IN READING THIS ISSUE, YOU MAY LEARN, FOR THE FIRST TIME, how a former CEO of a public lab has filed two whistleblower lawsuits. His most recent qui tam lawsuit names Laboratory Corporation of America as defendant. The earlier qui tam lawsuit was filed against Quest Diagnostics Incorporated. (See pages 3-8.)
To my recollection, this is unprecedented! To have anyone who was once CEO of a public laboratory company turn around and file whistleblower cases involving possibly billions of dollars in potential settlements against the nation’s two biggest lab testing companies strikes me a bit like a “man bites dog” story. After all, public company executives are “in the club.” They tend not to turn on each other in this fashion.
From that perspective, something special is unfolding in a federal court. Even if the Department of Justice has not yet joined the most recent qui tam case filed against LabCorp, this lawsuit was noticed by two senators. It was on November 9, 2011, that Senator Max Baucus (D-Montana) and Senator Chuck Grassley (R- Iowa), issued a press release stating they had sent letters to the two big lab companies and three national health insurers requesting documents and information concerning the role of deeply-discounted lab test pricing in managed care contracts. The two Senators specifically mentioned the business practice of “pull through” as a source of their concern and a possible violation of Medicare False Claim laws.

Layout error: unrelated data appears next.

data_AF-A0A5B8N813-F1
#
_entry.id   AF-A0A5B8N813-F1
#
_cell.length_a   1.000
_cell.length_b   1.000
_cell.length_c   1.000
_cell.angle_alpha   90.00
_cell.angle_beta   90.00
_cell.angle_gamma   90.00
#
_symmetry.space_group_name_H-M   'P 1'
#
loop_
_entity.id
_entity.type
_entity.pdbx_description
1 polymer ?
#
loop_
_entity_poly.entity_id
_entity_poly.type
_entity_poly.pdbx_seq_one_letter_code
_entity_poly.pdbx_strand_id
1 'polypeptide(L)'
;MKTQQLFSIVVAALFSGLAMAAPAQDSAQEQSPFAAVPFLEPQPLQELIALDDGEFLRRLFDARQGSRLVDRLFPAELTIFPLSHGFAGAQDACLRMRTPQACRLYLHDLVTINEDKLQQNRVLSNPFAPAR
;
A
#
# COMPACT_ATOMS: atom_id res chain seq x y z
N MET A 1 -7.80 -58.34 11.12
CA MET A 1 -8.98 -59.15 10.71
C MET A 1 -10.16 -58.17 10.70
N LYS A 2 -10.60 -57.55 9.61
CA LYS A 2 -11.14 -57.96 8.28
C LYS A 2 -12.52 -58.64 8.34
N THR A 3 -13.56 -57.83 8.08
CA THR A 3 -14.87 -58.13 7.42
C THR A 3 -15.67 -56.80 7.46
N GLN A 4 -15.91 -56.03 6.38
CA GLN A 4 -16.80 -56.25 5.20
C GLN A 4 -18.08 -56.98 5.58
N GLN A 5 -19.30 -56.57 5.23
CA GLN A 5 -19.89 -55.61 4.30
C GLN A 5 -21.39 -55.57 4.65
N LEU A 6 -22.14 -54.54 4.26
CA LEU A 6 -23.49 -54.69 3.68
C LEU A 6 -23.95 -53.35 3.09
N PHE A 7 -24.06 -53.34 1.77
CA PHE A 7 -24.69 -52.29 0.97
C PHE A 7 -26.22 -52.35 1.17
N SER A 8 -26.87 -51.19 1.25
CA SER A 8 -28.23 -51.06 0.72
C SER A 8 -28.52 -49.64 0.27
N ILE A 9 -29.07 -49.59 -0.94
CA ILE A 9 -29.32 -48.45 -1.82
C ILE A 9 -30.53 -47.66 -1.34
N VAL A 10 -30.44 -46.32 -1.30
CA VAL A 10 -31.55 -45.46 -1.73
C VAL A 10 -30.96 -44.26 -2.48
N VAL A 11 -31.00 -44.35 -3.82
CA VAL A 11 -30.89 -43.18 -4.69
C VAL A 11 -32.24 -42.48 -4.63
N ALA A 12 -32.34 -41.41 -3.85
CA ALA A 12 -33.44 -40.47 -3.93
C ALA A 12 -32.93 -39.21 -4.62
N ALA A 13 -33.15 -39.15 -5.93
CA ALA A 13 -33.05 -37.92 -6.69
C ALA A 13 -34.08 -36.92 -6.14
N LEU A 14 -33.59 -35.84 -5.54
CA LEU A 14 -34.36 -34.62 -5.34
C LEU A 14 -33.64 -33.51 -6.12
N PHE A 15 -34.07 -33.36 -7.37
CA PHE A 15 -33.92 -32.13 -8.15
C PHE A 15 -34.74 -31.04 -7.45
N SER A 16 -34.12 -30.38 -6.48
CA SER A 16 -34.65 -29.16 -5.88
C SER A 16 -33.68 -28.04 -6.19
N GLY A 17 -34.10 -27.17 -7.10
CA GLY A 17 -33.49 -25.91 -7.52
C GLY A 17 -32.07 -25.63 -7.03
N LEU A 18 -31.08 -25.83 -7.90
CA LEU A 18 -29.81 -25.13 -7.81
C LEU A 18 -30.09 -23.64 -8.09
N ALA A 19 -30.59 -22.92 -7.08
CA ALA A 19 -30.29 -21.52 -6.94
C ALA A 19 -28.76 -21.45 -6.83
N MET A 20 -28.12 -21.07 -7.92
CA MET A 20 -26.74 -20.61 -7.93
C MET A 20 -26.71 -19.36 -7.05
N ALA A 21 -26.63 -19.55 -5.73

It is unclear how these events will play out. But wouldn’t you agree it is an extraordinary development to have an ex-public lab company CEO be so bold as to file whistleblower suits that claim the practice of giving private payers highly- discounted prices for lab tests is a violation of certain Medicare laws, in part because the contracting lab needs access to reimbursement from Medicare patients to offset the losses from the service contracts with the private payers?
Of course, this ex-lab CEO faces many banana peels on the path to either a favorable judgment in federal court or gaining a favorable settlement because— at some future point—a federal regulatory agency joined the case and negotiated in a tough manner with the defendant. Why should we care? Remember that whistleblowers C. Jack Dowden and Chris Riedel, in their respective qui tam actions, were each given a small chance of success by some smart lab industry lawyers. Yet, each case ended up with government officials negotiating a settlement and changing lab industry practices. Déjà vu, anyone?